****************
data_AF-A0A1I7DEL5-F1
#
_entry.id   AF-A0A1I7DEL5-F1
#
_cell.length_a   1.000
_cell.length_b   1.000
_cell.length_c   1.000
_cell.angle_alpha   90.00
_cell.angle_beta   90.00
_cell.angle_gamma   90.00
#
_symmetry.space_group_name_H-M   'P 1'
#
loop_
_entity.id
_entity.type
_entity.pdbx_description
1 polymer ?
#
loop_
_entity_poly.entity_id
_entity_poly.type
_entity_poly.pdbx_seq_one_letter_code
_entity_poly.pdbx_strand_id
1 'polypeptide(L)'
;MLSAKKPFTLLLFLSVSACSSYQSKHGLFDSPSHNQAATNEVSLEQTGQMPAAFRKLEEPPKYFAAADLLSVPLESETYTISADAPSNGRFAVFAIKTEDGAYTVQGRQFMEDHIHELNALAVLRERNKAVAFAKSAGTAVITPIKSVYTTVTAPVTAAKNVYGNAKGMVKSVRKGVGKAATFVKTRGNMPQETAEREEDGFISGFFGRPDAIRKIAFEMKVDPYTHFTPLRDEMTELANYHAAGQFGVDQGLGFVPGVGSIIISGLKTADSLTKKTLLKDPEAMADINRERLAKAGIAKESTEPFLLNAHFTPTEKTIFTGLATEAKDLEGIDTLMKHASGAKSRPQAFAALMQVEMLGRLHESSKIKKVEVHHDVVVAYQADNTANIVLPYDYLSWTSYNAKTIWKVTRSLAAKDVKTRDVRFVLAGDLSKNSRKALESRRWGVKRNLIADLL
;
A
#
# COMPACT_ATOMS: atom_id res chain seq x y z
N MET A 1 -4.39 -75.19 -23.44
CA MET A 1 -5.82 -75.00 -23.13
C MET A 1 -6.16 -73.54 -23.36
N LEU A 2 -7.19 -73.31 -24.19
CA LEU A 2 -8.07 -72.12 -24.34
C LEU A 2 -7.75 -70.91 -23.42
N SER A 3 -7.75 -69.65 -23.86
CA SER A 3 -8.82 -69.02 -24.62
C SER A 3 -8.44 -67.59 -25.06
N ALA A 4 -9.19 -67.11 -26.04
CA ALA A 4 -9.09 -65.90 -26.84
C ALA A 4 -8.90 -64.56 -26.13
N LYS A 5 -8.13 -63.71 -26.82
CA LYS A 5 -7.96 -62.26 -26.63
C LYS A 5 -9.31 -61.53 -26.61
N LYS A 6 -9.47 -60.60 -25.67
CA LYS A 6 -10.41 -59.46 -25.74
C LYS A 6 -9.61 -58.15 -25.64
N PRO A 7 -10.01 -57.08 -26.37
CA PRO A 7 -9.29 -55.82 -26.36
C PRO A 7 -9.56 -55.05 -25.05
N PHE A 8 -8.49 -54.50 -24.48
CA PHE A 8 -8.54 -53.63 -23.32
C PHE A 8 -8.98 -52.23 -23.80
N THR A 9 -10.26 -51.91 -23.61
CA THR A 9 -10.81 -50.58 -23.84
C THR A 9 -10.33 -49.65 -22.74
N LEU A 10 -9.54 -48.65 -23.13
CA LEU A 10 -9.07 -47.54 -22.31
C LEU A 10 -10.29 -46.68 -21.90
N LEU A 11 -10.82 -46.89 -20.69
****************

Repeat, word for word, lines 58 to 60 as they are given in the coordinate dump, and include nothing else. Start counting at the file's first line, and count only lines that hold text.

N LEU A 10 -9.54 -48.65 -23.13
CA LEU A 10 -9.07 -47.54 -22.31
C LEU A 10 -10.29 -46.68 -21.90